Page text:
Maybe it's just me. Maybe it's terrible. Maybe it's uncouth to say, but I find the mauling of Roy by his trained tiger, to be both sad, and really, really funny.
And in thinking about it, there is often a sense of, "He got what he deserved" whenever someone who trains animals for the amusement of us humans is injured by the animal--say, when an elephant is forced to stand on stools and carry people around has had it and stomps his trainer. But at the same time, there is not that same sense when someone knowingly engaged in an equally dangerous endeavor purely for amusement (football, NASCAR, rock climbing, stuntmen).
And so is it our secret feeling that nature should not be tamed? That when the tiger stands up to his master, somehow nature is beating us, and we have the secret suspicion that we somehow deserve it? That somehow it's perverse that while we've decimated the tiger population, (and regardless of whatever good S & R have done for the species--something I assume but don't know for sure), at the same time we travel to Vegas to watch the big kitties act tame and silly for us as we hold our plastic cup of quarters, drink our Mai-Tai out of a six-foot tall replica of the Eiffel Tower, and dig the soft pack of Kool's from our fanny pack so we can light up the second we step outside the goddang non-smoking theatre. But if it is just about nature getting it's ass-kick on, why do I not feel secretly pleased when a tornado knocks down some homes? Or an earthquake levels a city?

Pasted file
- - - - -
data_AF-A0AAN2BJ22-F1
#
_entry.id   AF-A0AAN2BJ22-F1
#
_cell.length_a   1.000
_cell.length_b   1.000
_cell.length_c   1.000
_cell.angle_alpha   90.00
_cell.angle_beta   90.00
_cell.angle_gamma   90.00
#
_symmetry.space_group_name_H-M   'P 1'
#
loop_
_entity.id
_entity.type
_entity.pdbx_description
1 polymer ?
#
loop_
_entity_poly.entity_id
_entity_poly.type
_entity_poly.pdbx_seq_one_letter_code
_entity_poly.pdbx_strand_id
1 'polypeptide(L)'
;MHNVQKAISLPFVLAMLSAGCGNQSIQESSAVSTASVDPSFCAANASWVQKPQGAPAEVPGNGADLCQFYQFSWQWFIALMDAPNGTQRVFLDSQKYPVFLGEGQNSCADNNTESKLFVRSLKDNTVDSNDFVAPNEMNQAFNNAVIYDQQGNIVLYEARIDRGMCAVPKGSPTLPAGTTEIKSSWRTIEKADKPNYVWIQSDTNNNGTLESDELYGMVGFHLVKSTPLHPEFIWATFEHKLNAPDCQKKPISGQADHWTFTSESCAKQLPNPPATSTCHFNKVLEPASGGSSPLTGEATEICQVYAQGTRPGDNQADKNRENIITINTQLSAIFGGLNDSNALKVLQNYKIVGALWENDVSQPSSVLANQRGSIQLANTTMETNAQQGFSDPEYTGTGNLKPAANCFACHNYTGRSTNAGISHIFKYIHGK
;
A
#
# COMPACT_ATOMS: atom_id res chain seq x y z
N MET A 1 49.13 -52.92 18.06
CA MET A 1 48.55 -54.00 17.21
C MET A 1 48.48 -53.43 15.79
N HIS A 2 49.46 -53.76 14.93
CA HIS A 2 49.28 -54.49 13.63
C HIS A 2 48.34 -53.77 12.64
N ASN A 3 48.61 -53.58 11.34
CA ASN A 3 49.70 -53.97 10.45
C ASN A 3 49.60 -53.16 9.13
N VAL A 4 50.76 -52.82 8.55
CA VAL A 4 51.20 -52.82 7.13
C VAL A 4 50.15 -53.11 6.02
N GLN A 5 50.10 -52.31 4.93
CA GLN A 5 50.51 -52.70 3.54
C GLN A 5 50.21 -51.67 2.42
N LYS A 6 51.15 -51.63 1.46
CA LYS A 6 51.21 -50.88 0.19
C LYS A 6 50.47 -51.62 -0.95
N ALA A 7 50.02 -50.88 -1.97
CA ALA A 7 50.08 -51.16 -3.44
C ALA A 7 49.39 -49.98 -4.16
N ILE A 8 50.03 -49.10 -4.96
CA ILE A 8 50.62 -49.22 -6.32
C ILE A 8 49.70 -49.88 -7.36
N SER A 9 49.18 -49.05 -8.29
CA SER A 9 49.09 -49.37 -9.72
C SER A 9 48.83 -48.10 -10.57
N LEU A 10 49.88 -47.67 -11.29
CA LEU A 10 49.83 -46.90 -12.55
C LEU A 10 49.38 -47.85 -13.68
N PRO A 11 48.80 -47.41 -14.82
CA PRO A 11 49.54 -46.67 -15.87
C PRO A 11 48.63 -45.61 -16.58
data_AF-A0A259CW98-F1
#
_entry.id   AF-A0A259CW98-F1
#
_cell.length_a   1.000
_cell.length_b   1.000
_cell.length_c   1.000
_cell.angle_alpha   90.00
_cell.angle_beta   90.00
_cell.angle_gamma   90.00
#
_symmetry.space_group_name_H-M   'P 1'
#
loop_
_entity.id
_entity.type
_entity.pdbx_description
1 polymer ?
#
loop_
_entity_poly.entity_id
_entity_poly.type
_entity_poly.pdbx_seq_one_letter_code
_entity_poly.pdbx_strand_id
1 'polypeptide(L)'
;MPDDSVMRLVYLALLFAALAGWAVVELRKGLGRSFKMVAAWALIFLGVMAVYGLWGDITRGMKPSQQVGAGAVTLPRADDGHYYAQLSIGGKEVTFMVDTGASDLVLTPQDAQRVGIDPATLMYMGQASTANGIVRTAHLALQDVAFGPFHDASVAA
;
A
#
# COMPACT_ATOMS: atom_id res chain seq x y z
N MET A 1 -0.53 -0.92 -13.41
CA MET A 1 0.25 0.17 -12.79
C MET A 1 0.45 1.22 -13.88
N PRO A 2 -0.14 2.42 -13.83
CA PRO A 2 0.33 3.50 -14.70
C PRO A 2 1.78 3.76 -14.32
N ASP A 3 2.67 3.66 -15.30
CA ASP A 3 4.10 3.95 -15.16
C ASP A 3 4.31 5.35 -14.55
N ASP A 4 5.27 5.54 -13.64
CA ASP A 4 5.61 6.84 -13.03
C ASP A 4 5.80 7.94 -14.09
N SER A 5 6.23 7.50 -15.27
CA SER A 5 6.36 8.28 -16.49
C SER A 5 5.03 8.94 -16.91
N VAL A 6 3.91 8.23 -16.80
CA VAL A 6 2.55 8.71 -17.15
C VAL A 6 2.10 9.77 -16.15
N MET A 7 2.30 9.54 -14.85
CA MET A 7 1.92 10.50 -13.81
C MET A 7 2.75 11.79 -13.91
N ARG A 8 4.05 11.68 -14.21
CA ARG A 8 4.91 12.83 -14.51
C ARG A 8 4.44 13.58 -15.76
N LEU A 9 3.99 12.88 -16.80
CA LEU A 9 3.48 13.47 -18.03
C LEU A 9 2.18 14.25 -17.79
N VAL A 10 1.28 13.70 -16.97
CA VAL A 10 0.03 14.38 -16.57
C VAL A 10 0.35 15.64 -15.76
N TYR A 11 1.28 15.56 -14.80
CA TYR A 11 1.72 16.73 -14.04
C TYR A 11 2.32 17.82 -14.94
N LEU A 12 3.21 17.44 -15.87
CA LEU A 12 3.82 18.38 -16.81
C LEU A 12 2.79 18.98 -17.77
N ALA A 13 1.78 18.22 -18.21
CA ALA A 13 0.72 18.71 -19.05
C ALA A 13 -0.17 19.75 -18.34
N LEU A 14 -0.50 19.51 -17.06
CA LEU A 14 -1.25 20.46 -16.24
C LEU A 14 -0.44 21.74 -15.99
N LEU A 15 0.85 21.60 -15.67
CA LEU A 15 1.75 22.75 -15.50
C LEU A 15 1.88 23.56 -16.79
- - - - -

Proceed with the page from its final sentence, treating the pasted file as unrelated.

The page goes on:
One gets the sense that the prognosis is not good. And that's very sad. And so perhaps if the outcome is death, any amount of humor I find in the situation will disappear. I sort of hope so, but I'm not counting on it.
What's the conclusion? I'm not sure. Gallows humor is nothing new, and nothing that can be wiped out, no matter how many recriminations of "That's not funny!" you hear.
Because you know what, for some strange reason, it kind of is.